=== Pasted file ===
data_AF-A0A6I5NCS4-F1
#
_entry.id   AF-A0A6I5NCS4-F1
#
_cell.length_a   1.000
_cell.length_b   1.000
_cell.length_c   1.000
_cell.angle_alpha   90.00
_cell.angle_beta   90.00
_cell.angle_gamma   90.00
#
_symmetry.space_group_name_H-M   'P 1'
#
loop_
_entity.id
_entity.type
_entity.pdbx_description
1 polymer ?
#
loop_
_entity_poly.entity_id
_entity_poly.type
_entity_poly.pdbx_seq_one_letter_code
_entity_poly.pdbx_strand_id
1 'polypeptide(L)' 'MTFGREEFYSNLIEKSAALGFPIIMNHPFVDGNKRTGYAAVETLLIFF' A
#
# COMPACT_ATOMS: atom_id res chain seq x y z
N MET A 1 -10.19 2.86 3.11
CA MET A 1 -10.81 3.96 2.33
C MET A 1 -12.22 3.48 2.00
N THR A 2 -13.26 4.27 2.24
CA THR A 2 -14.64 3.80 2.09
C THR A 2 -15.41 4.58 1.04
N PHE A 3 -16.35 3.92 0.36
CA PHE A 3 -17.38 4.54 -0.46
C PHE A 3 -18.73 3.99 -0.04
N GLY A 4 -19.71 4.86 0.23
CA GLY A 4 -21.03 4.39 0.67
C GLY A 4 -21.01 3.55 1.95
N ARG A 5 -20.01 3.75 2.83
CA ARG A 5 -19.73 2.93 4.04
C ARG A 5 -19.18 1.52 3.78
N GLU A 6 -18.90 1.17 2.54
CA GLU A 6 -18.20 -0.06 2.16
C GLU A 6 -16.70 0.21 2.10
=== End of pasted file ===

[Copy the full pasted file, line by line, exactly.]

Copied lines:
data_AF-A0A6I5NCS4-F1
#
_entry.id   AF-A0A6I5NCS4-F1
#
_cell.length_a   1.000
_cell.length_b   1.000
_cell.length_c   1.000
_cell.angle_alpha   90.00
_cell.angle_beta   90.00
_cell.angle_gamma   90.00
#
_symmetry.space_group_name_H-M   'P 1'
#
loop_
_entity.id
_entity.type
_entity.pdbx_description
1 polymer ?
#
loop_
_entity_poly.entity_id
_entity_poly.type
_entity_poly.pdbx_seq_one_letter_code
_entity_poly.pdbx_strand_id
1 'polypeptide(L)' 'MTFGREEFYSNLIEKSAALGFPIIMNHPFVDGNKRTGYAAVETLLIFF' A
#
# COMPACT_ATOMS: atom_id res chain seq x y z
N MET A 1 -10.19 2.86 3.11
CA MET A 1 -10.81 3.96 2.33
C MET A 1 -12.22 3.48 2.00
N THR A 2 -13.26 4.27 2.24
CA THR A 2 -14.64 3.80 2.09
C THR A 2 -15.41 4.58 1.04
N PHE A 3 -16.35 3.92 0.36
CA PHE A 3 -17.38 4.54 -0.46
C PHE A 3 -18.73 3.99 -0.04
N GLY A 4 -19.71 4.86 0.23
CA GLY A 4 -21.03 4.39 0.67
C GLY A 4 -21.01 3.55 1.95
N ARG A 5 -20.01 3.75 2.83
CA ARG A 5 -19.73 2.93 4.04
C ARG A 5 -19.18 1.52 3.78
N GLU A 6 -18.90 1.17 2.54
CA GLU A 6 -18.20 -0.06 2.16
C GLU A 6 -16.70 0.21 2.10